What do you want to Major in?

One of the Hardest decisions of your Young Adult life.

A photo of a Lone Star campus.

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A photo of a Lone Star campus.

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Some colleges require students to declare a major when applying, others give students until their second semester of sophomore year to decide, but the choice never gets any easier. The reality is the students are only 18 and expected to decide about a huge part of their lives. How are they supposed to handle their future? They have no way of knowing what they are going to do until they step into the office.

A major is a crucial consideration when applying to college. Although students may apply as undeclared, eventually they will have to select something from the list of hundreds of different majors, ranging from communications to veterinary science. Approximately three in every five ACT-tested high school graduates surveyed said they needed help preparing for college, including choosing their major.

There are honestly two different sides of the decision. Some people know what they want to do with their lives since the third grade and they stick to it.

“I knew since eighth grade I wanted to major in psychology after I did a project over different careers,” said college freshman Alexis Carrera. “It caught my attention right away because I’ve always loved working with people and being the person, my friends could come and talk to about their problems.”

But others don’t know if they should stick to what they’re passionate about or do something that will pay the bills. “The choice between studying what I love and being realistic is the big question,” said college junior Kelsey Redden. “Being and choosing a career that will pay well is the easy decision, but finding the motivation for it is very difficult if you’re not passionate about it. My ultimate decision was to do what I love even if it meant that I wouldn’t live an extravagant lifestyle.”

Changing majors is okay, and that’s what some students don’t get is that it will take a few tries sometimes. In fact, according to Borderzine, 80 percent of all students change majors at least once. One of the best things students can do is to follow their passions and do what they would like to do instead of following their head and being overly practical. Finding something that follows both their head and heart is the best thing they can do.

Some people after high school take gap years to explore opportunities and do things that will help them like volunteering or doing internships in some fields of interest to get an idea whether they would like to follow this career.

According to Ferris University internships give people a chance to network and build relationships with professionals. It is an opportunity to gain hands-on experience and develop important skills such as managing time and expectations while building a foundation for the future. An internship will either affirm a career path or inspire students to consider other options. If they are lucky, an internship may even lead to full-time employment upon graduation.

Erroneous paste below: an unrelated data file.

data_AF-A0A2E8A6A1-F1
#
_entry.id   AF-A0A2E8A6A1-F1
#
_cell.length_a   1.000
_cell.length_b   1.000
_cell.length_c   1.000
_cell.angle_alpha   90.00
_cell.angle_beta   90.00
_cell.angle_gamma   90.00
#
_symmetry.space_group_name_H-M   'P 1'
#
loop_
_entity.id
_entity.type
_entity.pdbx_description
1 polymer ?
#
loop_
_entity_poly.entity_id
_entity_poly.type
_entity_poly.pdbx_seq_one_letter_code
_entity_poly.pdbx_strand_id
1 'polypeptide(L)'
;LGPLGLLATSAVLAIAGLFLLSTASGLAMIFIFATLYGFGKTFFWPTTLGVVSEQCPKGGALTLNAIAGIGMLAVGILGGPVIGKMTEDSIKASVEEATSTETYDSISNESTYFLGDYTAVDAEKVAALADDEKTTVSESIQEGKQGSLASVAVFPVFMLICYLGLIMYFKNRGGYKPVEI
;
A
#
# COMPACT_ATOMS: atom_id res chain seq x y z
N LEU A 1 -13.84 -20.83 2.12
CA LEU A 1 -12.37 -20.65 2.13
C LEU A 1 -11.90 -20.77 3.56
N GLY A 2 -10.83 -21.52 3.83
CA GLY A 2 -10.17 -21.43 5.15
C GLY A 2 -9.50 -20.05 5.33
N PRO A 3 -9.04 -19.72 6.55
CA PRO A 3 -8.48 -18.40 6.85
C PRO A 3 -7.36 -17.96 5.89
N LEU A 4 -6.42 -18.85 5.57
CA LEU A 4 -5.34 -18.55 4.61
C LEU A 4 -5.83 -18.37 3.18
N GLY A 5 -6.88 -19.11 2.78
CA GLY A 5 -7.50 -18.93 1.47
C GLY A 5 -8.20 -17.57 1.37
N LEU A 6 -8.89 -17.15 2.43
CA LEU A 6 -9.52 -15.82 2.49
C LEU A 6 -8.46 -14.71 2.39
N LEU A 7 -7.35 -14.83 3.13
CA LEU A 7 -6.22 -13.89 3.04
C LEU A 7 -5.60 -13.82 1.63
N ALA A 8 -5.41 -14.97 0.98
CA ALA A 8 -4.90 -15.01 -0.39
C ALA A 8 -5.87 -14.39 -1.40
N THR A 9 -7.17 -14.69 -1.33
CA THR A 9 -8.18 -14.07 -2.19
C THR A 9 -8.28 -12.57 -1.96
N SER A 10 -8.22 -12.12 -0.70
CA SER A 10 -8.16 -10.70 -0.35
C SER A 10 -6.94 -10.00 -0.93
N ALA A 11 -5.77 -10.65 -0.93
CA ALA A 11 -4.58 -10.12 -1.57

You can’t start too early either, there are so many classes in high school now that follow the career paths students want to take on college, it’s also an early start to a path of choosing different major and career choices.

“In high school, you should get into lots of clubs and activities, so you can figure out the things you like doing with your time and follow down that path,” Carrera said. “Also, research different topics earlier on, and be open-minded about all the different options because something you never thought you would do could spark an interest in you.”

Students should consider the length of a course study and their level of commitment according to MSU. The 12 years to obtain a Ph.D. to achieve the lifelong goal of designing rockets for NASA may be reasonable. On the other hand, six months of tech school training for a job that holds no interest for the student may be unreasonable.

Costs can get in the way as well; many college students start off at a community college then end up transferring to a four-year college.

“It [community college] felt like a smart decision because it’s way cheaper than a university and you get the same education,” Redden said.

It can also be more convenient. “I feel like community college is an easier transition from high school to college, it’s close to home, and it’s cheaper than going straight to a university,” Carrera said.

Choosing a major can feel like such a life-defining choice that it seems there is a little room for error, but there are so many out there changing their choice and being just fine in the long run. It’s not something that students need to stress about, eventually, they will find the job that is right for them.

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